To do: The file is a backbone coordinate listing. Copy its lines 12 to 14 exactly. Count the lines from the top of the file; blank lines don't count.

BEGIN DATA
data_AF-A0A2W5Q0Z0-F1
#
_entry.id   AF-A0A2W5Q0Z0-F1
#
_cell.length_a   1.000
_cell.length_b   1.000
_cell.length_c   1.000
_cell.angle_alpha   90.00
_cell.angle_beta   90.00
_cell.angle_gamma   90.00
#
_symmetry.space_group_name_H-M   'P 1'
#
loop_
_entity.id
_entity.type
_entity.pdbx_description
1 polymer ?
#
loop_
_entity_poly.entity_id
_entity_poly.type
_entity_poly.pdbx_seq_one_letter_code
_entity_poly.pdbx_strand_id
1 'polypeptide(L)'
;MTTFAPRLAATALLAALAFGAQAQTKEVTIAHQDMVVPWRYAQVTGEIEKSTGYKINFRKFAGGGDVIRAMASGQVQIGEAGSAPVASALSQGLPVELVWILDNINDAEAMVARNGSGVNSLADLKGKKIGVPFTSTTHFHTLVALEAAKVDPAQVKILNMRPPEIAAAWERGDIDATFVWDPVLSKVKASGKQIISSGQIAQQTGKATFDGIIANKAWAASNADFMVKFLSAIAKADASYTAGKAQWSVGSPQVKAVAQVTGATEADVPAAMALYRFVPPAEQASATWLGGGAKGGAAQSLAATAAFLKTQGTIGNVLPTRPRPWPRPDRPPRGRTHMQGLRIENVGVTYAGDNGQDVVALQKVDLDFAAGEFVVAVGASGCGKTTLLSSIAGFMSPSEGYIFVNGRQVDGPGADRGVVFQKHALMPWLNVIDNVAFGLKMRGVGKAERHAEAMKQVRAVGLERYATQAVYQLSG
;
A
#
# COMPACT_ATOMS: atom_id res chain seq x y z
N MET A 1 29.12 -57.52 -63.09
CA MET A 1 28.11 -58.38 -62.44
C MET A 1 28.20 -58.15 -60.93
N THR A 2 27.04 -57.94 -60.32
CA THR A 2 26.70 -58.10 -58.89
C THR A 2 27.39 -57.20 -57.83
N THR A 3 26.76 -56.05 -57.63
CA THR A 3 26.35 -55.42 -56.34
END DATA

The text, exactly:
_symmetry.space_group_name_H-M   'P 1'
#
loop_